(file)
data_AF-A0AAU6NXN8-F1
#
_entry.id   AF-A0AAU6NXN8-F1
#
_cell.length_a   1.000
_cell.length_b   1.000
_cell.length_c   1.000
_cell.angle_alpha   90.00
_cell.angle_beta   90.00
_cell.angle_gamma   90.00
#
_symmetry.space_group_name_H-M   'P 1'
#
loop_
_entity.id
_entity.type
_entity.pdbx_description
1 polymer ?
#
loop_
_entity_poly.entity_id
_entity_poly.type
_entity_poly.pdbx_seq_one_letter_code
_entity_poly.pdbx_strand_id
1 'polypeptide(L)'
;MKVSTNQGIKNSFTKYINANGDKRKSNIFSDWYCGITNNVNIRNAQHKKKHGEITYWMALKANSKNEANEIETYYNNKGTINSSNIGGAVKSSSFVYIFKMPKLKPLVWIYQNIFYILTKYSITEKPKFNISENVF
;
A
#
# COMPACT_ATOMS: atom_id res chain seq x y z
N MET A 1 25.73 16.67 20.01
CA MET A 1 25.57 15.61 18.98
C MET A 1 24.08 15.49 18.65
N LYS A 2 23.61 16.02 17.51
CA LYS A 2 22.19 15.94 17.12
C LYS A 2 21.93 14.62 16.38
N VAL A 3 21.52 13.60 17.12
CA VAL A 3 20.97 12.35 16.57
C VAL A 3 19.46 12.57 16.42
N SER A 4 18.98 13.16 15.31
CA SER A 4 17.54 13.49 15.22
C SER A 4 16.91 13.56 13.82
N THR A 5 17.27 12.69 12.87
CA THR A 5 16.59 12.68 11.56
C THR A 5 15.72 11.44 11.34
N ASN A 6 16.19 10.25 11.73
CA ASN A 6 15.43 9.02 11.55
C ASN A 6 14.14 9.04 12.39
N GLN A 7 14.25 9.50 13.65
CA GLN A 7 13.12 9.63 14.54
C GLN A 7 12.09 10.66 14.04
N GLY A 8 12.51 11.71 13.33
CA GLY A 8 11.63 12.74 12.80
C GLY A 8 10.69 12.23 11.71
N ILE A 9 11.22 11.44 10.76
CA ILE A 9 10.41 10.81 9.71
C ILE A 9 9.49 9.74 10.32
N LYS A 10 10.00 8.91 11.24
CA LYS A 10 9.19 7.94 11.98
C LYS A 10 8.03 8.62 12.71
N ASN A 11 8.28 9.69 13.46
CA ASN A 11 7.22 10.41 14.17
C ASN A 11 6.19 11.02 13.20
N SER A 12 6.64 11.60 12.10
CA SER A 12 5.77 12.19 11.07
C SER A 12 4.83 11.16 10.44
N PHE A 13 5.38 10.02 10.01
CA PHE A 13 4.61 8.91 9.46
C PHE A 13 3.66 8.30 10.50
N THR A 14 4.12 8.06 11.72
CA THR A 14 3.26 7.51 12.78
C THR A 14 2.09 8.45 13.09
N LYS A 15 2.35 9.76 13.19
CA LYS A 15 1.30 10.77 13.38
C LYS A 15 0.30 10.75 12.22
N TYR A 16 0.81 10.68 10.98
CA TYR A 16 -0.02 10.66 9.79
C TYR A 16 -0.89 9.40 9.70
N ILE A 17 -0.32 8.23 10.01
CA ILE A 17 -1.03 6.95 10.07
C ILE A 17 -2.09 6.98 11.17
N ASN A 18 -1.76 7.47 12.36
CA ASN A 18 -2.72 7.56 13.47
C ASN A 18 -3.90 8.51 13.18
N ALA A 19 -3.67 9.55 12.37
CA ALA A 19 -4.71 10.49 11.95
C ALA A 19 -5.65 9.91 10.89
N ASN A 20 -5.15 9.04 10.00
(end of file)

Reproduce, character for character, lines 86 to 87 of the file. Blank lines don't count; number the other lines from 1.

CA ALA A 19 -4.71 10.49 11.95
C ALA A 19 -5.65 9.91 10.89